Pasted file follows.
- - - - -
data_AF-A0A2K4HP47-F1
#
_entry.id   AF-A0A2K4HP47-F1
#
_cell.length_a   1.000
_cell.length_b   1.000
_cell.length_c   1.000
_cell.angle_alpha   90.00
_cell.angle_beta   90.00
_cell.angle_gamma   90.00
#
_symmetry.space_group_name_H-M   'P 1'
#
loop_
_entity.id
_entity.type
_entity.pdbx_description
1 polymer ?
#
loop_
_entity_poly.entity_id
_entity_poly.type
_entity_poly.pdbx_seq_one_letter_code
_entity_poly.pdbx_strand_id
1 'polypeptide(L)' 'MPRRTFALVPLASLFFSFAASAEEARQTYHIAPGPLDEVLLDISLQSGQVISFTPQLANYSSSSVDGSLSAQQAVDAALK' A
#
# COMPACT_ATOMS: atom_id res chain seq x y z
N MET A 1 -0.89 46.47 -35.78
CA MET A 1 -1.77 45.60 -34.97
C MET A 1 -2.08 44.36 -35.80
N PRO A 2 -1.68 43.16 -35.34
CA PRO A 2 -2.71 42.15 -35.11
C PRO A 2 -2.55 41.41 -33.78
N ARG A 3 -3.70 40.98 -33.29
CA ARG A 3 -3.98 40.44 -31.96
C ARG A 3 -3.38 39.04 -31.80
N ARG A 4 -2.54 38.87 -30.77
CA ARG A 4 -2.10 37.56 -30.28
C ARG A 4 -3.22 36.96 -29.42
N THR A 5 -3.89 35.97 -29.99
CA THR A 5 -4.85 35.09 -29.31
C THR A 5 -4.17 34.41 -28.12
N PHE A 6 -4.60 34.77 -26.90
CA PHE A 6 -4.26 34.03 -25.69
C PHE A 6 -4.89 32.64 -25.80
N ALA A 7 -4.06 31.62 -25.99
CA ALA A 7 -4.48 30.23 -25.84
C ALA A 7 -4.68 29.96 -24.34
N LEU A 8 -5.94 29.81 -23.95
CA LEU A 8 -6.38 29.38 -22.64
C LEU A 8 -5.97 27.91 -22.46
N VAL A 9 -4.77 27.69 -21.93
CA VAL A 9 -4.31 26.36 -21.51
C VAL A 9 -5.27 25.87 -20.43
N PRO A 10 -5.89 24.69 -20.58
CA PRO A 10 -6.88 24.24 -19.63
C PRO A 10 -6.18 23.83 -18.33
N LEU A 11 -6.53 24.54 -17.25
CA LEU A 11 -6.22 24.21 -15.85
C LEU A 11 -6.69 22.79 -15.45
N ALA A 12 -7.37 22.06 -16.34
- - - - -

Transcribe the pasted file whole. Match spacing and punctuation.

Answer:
data_AF-A0A2K4HP47-F1
#
_entry.id   AF-A0A2K4HP47-F1
#
_cell.length_a   1.000
_cell.length_b   1.000
_cell.length_c   1.000
_cell.angle_alpha   90.00
_cell.angle_beta   90.00
_cell.angle_gamma   90.00
#
_symmetry.space_group_name_H-M   'P 1'
#
loop_
_entity.id
_entity.type
_entity.pdbx_description
1 polymer ?
#
loop_
_entity_poly.entity_id
_entity_poly.type
_entity_poly.pdbx_seq_one_letter_code
_entity_poly.pdbx_strand_id
1 'polypeptide(L)' 'MPRRTFALVPLASLFFSFAASAEEARQTYHIAPGPLDEVLLDISLQSGQVISFTPQLANYSSSSVDGSLSAQQAVDAALK' A
#
# COMPACT_ATOMS: atom_id res chain seq x y z
N MET A 1 -0.89 46.47 -35.78
CA MET A 1 -1.77 45.60 -34.97
C MET A 1 -2.08 44.36 -35.80
N PRO A 2 -1.68 43.16 -35.34
CA PRO A 2 -2.71 42.15 -35.11
C PRO A 2 -2.55 41.41 -33.78
N ARG A 3 -3.70 40.98 -33.29
CA ARG A 3 -3.98 40.44 -31.96
C ARG A 3 -3.38 39.04 -31.80
N ARG A 4 -2.54 38.87 -30.77
CA ARG A 4 -2.10 37.56 -30.28
C ARG A 4 -3.22 36.96 -29.42
N THR A 5 -3.89 35.97 -29.99
CA THR A 5 -4.85 35.09 -29.31
C THR A 5 -4.17 34.41 -28.12
N PHE A 6 -4.60 34.77 -26.90
CA PHE A 6 -4.26 34.03 -25.69
C PHE A 6 -4.89 32.64 -25.80
N ALA A 7 -4.06 31.62 -25.99
CA ALA A 7 -4.48 30.23 -25.84
C ALA A 7 -4.68 29.96 -24.34
N LEU A 8 -5.94 29.81 -23.95
CA LEU A 8 -6.38 29.38 -22.64
C LEU A 8 -5.97 27.91 -22.46
N VAL A 9 -4.77 27.69 -21.93
CA VAL A 9 -4.31 26.36 -21.51
C VAL A 9 -5.27 25.87 -20.43
N PRO A 10 -5.89 24.69 -20.58
CA PRO A 10 -6.88 24.24 -19.63
C PRO A 10 -6.18 23.83 -18.33
N LEU A 11 -6.53 24.54 -17.25
CA LEU A 11 -6.22 24.21 -15.85
C LEU A 11 -6.69 22.79 -15.45
N ALA A 12 -7.37 22.06 -16.34